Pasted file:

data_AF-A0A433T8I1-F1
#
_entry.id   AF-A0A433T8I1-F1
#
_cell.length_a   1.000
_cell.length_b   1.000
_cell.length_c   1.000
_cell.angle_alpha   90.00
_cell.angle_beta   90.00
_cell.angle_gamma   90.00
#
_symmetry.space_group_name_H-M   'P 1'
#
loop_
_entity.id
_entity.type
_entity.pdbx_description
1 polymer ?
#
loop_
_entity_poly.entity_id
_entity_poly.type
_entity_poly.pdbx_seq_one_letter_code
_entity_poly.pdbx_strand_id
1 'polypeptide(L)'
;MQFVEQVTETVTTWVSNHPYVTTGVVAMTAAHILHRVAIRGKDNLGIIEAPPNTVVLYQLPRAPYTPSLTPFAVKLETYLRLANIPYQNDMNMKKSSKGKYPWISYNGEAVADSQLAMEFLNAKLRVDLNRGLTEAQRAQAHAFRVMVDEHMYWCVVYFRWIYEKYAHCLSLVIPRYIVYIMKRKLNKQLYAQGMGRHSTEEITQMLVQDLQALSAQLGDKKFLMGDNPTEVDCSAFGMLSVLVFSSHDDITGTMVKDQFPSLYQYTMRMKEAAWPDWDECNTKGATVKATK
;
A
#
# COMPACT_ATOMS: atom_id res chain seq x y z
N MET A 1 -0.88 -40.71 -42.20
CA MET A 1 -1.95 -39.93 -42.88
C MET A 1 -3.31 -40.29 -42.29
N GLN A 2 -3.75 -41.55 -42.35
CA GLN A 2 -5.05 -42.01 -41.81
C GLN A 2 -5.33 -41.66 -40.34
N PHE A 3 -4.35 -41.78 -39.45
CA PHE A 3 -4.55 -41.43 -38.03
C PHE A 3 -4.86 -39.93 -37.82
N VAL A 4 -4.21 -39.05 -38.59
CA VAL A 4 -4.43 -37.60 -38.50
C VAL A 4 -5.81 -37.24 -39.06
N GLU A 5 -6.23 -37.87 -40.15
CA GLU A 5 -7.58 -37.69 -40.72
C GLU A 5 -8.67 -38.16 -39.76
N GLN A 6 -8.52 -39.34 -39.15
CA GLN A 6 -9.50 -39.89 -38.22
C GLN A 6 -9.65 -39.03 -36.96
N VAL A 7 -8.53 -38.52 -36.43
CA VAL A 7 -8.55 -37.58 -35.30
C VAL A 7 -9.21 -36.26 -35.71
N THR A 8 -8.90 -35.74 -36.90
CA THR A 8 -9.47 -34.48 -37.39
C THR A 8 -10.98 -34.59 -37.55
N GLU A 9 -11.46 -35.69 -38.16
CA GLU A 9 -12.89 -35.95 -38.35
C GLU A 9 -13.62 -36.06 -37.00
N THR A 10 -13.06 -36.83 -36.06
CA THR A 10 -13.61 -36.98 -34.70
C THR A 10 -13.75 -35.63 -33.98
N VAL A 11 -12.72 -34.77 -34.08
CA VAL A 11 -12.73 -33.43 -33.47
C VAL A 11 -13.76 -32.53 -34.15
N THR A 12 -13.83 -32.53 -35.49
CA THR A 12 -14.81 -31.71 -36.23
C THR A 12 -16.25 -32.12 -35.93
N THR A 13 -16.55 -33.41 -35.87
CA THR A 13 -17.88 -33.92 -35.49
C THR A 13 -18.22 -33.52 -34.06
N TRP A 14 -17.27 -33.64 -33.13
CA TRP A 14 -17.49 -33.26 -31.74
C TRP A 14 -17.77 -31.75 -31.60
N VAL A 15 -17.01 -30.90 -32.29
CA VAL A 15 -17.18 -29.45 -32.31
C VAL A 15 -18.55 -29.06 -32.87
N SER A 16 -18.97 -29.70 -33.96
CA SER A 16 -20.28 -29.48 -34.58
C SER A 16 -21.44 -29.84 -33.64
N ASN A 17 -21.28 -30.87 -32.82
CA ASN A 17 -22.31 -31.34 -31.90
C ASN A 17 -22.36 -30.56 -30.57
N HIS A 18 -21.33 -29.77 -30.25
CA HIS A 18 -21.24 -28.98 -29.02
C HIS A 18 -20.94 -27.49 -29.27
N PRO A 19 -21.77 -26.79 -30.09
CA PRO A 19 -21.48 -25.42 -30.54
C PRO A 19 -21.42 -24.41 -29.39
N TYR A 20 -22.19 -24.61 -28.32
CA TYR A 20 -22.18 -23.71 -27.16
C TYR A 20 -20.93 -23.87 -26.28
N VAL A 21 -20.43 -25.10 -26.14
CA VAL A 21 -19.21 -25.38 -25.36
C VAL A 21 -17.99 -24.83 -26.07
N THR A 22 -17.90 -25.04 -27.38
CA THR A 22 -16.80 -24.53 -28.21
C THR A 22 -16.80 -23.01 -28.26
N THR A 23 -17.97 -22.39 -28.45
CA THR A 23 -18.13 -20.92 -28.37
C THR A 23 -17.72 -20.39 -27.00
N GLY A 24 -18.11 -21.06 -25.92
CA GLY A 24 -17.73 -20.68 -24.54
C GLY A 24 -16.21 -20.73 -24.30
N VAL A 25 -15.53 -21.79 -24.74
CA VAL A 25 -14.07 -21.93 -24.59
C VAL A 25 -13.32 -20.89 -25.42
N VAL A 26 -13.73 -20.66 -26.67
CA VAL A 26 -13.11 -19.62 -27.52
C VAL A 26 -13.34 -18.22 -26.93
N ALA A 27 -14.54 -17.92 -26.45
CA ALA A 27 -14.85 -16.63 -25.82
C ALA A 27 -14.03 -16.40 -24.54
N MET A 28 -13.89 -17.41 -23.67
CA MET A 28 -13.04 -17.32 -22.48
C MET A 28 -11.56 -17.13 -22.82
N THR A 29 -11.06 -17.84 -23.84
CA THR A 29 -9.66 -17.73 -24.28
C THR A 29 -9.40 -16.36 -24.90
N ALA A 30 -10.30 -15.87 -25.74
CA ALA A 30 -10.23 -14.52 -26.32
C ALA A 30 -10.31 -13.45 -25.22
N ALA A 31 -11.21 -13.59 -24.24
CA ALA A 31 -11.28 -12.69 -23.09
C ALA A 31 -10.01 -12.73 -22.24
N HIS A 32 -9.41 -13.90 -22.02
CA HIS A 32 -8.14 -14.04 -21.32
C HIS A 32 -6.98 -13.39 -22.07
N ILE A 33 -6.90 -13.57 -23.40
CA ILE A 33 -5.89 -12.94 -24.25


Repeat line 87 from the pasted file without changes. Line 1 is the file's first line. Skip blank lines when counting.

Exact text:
C PRO A 19 -21.42 -24.41 -29.39